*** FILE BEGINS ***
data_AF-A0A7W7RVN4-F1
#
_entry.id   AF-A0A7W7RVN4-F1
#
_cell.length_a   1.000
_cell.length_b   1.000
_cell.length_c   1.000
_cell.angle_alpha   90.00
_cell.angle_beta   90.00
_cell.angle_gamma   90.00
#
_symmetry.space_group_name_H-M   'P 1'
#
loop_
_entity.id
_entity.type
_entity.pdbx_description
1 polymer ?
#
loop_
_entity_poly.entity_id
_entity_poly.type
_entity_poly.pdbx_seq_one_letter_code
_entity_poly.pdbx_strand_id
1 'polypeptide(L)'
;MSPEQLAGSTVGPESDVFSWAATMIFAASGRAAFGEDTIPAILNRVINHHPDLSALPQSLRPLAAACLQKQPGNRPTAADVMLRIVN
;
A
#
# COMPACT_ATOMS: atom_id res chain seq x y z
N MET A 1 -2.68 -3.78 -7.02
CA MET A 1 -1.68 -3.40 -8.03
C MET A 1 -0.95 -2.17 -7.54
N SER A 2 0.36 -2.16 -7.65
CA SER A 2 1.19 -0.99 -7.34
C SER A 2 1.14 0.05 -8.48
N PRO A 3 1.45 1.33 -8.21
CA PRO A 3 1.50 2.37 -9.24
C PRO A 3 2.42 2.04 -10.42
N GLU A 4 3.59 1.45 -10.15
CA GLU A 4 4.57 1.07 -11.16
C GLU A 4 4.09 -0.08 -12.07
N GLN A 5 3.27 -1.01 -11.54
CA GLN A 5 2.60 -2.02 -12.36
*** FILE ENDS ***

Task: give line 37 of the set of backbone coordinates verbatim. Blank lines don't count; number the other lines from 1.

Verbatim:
N PRO A 3 1.45 1.33 -8.21